‘New Putrajaya’ still condescending to Sabah and Sarawak, says activist

People walk at an open market in Serikin, a predominantly Bidayuh village near the Sarawak-Kalimantan border. (Bernama pic)

KOTA KINABALU: A vocal Sabah-based activist has accused Putrajaya of failing to appreciate the intellectual maturity of Sabahans and Sarawakians.

Zainnal Ajamain is particularly not pleased with recent suggestions that the two East Malaysian states are not ready for autonomy due to a lack of experts.

He said such views were condescending and could deepen the grudge against the federal government.

Zainnal said writings in cyberspace indicate that people in the two states are not as naïve as some leaders in Kuala Lumpur might think they are.

Zainnal Ajamain.

“The call to do away with what is perceived as Malayan colonial rule is getting louder and louder, and the call for independence is becoming stronger every day,” he told FMT.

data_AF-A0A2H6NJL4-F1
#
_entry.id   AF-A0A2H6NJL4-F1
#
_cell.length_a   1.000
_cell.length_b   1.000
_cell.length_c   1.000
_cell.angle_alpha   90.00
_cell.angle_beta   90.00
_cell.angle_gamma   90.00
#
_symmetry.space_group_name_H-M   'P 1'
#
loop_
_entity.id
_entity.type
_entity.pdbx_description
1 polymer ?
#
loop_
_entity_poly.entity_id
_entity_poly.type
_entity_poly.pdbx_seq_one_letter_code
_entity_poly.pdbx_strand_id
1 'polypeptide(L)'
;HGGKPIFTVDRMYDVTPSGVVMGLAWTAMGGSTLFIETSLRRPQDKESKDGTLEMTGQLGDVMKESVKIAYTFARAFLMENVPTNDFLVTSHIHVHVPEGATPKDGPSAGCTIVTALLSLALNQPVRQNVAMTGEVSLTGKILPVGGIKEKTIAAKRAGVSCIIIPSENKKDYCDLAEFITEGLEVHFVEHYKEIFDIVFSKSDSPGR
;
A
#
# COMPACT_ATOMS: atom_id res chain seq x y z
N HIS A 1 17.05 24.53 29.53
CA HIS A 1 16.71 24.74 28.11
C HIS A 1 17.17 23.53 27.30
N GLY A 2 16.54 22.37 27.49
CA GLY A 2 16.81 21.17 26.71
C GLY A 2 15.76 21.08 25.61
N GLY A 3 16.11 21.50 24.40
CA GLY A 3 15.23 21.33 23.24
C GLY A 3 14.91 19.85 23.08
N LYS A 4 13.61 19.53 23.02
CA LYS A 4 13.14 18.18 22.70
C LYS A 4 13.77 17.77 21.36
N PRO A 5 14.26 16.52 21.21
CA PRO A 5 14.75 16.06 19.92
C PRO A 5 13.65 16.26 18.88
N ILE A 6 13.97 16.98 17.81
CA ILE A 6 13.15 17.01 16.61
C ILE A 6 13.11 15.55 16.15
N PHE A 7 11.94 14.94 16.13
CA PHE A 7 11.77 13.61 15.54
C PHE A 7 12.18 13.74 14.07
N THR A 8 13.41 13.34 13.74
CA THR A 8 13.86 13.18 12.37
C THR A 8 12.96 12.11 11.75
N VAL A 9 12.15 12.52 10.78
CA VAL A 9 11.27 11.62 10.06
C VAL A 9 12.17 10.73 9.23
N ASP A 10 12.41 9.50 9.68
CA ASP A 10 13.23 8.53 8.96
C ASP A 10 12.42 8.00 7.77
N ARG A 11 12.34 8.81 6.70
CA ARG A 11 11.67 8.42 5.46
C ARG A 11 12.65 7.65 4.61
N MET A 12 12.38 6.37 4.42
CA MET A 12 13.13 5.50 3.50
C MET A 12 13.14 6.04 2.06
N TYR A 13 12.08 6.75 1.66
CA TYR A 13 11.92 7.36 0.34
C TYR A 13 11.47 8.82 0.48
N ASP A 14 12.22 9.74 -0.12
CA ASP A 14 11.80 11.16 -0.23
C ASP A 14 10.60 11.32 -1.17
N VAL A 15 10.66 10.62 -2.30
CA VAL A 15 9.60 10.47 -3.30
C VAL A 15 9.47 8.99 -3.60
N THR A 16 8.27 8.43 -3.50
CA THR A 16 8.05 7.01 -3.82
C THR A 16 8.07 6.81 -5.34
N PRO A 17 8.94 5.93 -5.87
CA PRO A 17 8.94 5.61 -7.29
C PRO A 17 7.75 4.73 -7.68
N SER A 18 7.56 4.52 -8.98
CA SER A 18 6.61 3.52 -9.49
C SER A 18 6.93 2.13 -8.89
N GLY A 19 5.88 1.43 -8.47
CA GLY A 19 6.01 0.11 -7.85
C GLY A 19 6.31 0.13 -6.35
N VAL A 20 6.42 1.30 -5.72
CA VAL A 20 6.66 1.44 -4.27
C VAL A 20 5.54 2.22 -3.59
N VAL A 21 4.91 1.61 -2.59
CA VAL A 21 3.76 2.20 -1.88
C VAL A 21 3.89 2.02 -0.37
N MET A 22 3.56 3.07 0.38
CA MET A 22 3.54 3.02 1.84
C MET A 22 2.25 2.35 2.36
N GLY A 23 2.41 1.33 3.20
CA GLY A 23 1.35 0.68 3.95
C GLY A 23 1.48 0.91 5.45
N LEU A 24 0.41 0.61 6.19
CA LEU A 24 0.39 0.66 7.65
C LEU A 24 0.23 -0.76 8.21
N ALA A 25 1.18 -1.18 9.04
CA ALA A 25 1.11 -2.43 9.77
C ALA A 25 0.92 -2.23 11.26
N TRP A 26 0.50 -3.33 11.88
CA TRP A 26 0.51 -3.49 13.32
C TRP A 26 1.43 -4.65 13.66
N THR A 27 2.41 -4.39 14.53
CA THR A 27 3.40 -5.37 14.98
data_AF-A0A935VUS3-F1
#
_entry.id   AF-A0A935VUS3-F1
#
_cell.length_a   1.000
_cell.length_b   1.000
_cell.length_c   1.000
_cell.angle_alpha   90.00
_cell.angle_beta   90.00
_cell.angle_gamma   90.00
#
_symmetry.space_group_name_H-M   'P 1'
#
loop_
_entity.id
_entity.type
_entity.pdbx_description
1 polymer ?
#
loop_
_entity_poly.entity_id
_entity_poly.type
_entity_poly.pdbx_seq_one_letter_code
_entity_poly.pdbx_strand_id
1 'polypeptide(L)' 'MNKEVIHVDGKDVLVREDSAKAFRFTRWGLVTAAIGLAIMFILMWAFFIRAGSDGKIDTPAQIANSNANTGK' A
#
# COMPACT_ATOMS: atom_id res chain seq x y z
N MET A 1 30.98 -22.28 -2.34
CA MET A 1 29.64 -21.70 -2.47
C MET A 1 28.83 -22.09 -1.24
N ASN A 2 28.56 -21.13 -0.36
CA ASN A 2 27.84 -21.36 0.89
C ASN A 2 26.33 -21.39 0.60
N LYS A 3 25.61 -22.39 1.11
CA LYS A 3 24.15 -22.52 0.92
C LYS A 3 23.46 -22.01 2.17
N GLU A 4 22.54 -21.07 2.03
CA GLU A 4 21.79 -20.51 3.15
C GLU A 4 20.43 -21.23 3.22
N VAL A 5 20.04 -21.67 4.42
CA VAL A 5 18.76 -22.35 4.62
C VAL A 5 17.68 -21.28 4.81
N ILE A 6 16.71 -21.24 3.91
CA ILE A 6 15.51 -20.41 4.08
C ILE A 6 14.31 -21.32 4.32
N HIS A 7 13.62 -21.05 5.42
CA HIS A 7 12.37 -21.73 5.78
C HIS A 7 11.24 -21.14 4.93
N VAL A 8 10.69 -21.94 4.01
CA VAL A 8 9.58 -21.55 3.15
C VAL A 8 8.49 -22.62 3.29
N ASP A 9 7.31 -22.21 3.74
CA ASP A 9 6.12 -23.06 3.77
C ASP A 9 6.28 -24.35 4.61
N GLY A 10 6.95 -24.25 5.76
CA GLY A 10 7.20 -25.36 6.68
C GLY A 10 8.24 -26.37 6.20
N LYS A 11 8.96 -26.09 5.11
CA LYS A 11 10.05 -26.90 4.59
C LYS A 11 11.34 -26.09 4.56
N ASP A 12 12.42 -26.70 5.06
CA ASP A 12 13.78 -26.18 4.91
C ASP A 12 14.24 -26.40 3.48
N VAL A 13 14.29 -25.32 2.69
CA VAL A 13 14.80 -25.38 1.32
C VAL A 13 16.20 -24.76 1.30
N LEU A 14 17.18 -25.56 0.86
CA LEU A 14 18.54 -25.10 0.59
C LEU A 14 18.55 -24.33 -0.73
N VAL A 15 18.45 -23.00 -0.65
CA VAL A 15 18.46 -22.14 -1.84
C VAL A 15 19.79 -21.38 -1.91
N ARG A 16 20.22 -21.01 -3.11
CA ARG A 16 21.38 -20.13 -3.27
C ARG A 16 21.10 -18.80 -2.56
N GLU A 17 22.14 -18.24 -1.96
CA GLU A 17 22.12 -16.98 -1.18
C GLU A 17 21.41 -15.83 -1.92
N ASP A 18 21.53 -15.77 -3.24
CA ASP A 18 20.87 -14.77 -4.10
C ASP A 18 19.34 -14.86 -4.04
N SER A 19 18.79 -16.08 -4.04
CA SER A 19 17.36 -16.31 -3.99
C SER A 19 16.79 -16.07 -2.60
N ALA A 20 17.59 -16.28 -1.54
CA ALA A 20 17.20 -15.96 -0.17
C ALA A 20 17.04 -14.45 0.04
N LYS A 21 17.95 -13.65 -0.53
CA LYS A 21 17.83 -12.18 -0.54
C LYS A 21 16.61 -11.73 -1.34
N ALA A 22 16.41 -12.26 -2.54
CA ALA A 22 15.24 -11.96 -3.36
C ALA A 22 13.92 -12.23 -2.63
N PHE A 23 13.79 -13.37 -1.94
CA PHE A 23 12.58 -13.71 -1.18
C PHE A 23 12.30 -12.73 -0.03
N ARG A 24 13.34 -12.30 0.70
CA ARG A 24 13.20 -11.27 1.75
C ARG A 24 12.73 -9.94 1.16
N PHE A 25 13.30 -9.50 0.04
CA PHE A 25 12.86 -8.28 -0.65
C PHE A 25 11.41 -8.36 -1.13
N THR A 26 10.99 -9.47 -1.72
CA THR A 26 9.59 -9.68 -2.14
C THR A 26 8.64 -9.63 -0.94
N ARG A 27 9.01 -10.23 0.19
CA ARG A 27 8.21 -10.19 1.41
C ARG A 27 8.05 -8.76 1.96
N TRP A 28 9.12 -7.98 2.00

Zainnal warned the Pakatan Harapan government of the possibility that it would, like its predecessor, “face a war of perception” if it continued to ignore “the voices coming out of Sabah and Sarawak”.

He said those voices were raised to a fever pitch after Finance Minister Lim Guan Eng tabled his 2019 budget proposal last month.

Zainnal described the budget as one that did not fit into the “New Malaysia” mould of the PH government.

“It was obvious that the budget was similar to all previous budgets coming out of Putrajaya. In other words, it was simply a cut-and-paste affair,” he said.

He said the people of Sabah and Sarawak were upset because they were told that much smaller states like Perlis and Kedah were getting more funds than Sabah and Sarawak.

“Putrajaya should have broken down the budget by state and considered the GDP contribution of each territory,” he added.

Zainnal who is an economist and one of the main authors of the Sabah Development Blueprint (HalaTuju), also referred to remarks by former finance minister Daim Zainuddin, who said last week that he would support autonomy for Sabah and Sarawak and suggested that the two states send public servants overseas for postgraduate education on policy management.

Zainnal said Daim might be trying to calm the situation by suggesting that both states lack policy makers.

But he said, unlike the eighties, the leaders in West Malaysia should no longer expect that Sabahans and Sarawakians would accept opinions about them lying idle.